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Old 11-01-2011, 03:59 PM   #1
periolus
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Default Water Treatment

Hi!

I have been playing around with Beer Alchemy brewing software and have been setting up my water profile. It allows you to work out how much of various salts to add to closely match the profile of the original water used to brew.

Now then - I am aiming to get my Bristol Water to mimic Burton-on-Trent water I seem to have managed this except for that my sulfate level is 128 mg/l to low. If I adjust this by adding Gypsum, then I just get much higher calcium levels than I should.

FIrst question: How critical is sulphate level compared to calcium? I know sulphate has something to do with complimenting the flavour of hops - but not what calcium does in brewing.

Second: What can I add to just raise the sulphate levels but leave sodium and calcium alone?

Blimey, doesn't AG get complicated!


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Old 11-01-2011, 04:13 PM   #2
Aleman
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Default Re: Water Treatment

Quote:
Originally Posted by periolus
Blimey, doesn't AG get complicated!
Only if you believe that the brewers in say Burton on Trent brew with the water that has the profile that is published I've seen 4 wildly differing profiles for BUrton on treant which shows that it depends on which strata the water is drawn from. . . . .The museum brewery for example uses (or did) RO water and a small army of chemists to add minerals back in . . . as do most modern beer factories.

Water chemistry is extremely simple

1) Reduce chlorine (Add 1 Campden tablet per 17UK gallons)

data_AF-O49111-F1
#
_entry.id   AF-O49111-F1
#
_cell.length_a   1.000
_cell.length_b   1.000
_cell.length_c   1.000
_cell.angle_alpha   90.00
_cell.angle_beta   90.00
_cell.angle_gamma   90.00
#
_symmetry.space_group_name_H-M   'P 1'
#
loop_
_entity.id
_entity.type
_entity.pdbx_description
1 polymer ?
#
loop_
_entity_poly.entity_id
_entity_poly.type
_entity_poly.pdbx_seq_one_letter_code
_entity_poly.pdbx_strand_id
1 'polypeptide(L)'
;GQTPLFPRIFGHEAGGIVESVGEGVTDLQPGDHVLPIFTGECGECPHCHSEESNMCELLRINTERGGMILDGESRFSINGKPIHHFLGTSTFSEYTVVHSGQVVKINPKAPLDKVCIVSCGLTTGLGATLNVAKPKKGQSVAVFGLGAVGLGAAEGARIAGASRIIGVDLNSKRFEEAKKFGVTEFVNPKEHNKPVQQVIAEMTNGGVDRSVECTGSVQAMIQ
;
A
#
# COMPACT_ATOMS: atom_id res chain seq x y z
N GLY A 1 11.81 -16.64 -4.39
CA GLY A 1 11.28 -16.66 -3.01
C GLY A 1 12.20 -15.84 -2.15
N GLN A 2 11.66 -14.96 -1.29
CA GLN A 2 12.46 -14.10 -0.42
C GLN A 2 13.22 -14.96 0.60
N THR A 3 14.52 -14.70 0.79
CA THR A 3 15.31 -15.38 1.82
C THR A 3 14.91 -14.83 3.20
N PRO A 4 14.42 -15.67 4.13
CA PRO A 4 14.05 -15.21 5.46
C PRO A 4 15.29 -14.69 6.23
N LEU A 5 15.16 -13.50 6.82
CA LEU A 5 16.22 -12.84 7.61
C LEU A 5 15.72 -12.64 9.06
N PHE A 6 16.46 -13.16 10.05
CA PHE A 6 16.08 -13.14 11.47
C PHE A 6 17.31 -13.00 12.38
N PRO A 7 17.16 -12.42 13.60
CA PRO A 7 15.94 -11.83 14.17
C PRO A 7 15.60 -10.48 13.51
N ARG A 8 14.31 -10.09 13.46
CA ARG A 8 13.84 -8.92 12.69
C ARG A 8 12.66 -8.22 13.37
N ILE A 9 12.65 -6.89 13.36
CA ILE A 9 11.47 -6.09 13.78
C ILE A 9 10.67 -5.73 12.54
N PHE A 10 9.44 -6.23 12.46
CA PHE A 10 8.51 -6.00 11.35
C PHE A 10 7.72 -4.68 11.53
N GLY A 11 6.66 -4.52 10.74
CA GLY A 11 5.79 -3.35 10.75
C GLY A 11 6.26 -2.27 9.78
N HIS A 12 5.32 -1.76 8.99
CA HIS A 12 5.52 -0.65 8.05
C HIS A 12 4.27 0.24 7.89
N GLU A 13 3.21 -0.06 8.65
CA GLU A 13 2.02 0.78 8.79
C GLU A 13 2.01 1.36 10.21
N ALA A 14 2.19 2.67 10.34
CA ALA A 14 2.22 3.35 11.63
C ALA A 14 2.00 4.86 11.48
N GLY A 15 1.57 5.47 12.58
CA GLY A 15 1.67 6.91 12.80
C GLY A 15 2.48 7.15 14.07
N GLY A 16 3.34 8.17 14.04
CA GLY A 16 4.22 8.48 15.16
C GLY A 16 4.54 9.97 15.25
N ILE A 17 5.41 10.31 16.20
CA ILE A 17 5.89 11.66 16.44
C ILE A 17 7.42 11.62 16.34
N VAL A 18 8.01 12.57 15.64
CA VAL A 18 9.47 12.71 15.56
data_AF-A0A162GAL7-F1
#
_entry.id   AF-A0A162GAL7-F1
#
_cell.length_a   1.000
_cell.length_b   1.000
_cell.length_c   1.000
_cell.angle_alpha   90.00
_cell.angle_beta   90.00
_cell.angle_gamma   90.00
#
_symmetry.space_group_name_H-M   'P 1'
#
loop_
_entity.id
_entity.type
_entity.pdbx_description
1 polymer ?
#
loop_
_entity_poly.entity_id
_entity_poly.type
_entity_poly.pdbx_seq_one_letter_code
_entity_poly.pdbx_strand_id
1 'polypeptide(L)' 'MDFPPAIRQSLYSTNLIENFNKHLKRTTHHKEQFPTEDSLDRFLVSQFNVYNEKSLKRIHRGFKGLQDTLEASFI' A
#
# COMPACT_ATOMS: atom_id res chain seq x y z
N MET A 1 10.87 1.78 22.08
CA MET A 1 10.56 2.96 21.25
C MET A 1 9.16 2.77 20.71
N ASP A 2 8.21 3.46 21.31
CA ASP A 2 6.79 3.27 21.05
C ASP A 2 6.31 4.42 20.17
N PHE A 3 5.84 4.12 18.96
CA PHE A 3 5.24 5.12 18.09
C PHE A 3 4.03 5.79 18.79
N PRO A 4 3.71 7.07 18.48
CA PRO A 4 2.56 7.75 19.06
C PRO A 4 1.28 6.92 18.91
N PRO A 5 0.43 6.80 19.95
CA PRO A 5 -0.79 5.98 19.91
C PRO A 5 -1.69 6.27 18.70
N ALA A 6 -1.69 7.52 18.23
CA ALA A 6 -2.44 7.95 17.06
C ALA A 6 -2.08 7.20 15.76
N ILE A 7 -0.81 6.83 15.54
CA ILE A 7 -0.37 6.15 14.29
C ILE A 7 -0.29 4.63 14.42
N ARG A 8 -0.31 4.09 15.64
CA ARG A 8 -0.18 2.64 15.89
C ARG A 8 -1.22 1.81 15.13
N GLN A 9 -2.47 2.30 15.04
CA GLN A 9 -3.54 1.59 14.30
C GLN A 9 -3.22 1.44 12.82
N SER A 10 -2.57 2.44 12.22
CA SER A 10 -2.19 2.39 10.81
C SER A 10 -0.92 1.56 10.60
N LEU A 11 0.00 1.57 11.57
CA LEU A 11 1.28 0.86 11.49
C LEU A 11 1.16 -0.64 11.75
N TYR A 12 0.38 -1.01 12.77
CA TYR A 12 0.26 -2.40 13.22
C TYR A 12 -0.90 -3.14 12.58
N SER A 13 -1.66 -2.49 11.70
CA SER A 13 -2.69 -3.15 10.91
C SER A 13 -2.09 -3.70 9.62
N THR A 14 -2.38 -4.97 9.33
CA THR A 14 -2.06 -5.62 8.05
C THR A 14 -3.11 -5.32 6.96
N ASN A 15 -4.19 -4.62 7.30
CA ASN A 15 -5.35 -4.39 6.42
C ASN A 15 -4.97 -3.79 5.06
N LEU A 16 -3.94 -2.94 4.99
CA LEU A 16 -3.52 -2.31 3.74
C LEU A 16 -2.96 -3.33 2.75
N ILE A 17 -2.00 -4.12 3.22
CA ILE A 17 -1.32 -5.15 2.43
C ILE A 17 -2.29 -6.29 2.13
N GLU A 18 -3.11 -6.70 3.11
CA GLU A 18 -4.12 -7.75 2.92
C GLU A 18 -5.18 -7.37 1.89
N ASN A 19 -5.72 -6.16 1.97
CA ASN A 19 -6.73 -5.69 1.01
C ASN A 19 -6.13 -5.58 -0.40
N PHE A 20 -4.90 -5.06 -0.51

2) Reduce alkalinity to below 50 preferably 30 for pale ales up to 100 for dark beers.
3) boost calcium to a minimum of 60ppm but 150ppm is safer

And that is it. Your choice when boosting calcium is do I want a drier hoppy beer (Gypsum) or a rounded malty beer (calcium chloride). If you want to take it further than this then you also need to consider the acids used to reduce alkalinity so rather than using CRS using sulphuric or hydrochloric instead as not only is it the total level of sulphate and chloride ions that is important but the ratio between them . . . CRS adds a fixed ratio of sulphate to chloride, which depending on the water make-up you start with may or may not give you the ratio you desire.

Unless you are consistantly brewing good beer with minimal water treatment, there is little benefit of going any further until you are


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Old 11-01-2011, 04:38 PM   #3
periolus
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Default Re: Water Treatment

Great - cheers for that. One question though, what is CRS?

I completely forgot that campden tablets reduce chlorine - that is good to remember. Well, I will keep researching and mentally preparing for the day I open my AG floodgates. ETA: 124 days! A little way to go I know, but I start building on March 1st with luck. It all depends on whether or not I get made redundant on March 31st. Bit of a tricky one at the mo, but I'm working on it.

On we go!
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Old 11-01-2011, 07:44 PM   #4
Good Ed
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Default Re: Water Treatment

P, CRS is Carbonate Reducing Solution, there has been several recent posts on the subject, enter CRS in Search and you can read till your heart's content. Aleman is right that it is simple when you understand the process, and for us novices a Salifert kit, CRS, Gypsum and Calcium Chloride will do the job.

Good luck
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